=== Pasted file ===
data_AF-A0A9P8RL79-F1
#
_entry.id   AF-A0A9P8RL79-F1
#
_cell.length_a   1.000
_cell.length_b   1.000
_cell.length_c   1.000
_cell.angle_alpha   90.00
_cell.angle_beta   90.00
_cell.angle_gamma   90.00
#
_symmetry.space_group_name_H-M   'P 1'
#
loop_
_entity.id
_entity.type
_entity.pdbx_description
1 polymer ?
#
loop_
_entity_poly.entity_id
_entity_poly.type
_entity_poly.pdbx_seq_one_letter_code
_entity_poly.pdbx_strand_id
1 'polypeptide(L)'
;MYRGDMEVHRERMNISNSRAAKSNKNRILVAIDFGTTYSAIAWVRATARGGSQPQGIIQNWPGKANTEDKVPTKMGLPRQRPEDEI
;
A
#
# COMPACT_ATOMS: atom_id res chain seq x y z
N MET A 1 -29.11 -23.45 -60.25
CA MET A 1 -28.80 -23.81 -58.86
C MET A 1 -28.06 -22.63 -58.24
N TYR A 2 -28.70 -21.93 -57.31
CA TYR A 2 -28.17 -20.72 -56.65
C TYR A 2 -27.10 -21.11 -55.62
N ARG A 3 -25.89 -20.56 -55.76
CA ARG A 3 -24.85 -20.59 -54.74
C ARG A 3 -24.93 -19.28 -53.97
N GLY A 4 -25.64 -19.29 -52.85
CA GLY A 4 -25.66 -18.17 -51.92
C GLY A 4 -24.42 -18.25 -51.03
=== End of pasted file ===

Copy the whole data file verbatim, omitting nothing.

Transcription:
data_AF-A0A9P8RL79-F1
#
_entry.id   AF-A0A9P8RL79-F1
#
_cell.length_a   1.000
_cell.length_b   1.000
_cell.length_c   1.000
_cell.angle_alpha   90.00
_cell.angle_beta   90.00
_cell.angle_gamma   90.00
#
_symmetry.space_group_name_H-M   'P 1'
#
loop_
_entity.id
_entity.type
_entity.pdbx_description
1 polymer ?
#
loop_
_entity_poly.entity_id
_entity_poly.type
_entity_poly.pdbx_seq_one_letter_code
_entity_poly.pdbx_strand_id
1 'polypeptide(L)'
;MYRGDMEVHRERMNISNSRAAKSNKNRILVAIDFGTTYSAIAWVRATARGGSQPQGIIQNWPGKANTEDKVPTKMGLPRQRPEDEI
;
A
#
# COMPACT_ATOMS: atom_id res chain seq x y z
N MET A 1 -29.11 -23.45 -60.25
CA MET A 1 -28.80 -23.81 -58.86
C MET A 1 -28.06 -22.63 -58.24
N TYR A 2 -28.70 -21.93 -57.31
CA TYR A 2 -28.17 -20.72 -56.65
C TYR A 2 -27.10 -21.11 -55.62
N ARG A 3 -25.89 -20.56 -55.76
CA ARG A 3 -24.85 -20.59 -54.74
C ARG A 3 -24.93 -19.28 -53.97
N GLY A 4 -25.64 -19.29 -52.85
CA GLY A 4 -25.66 -18.17 -51.92
C GLY A 4 -24.42 -18.25 -51.03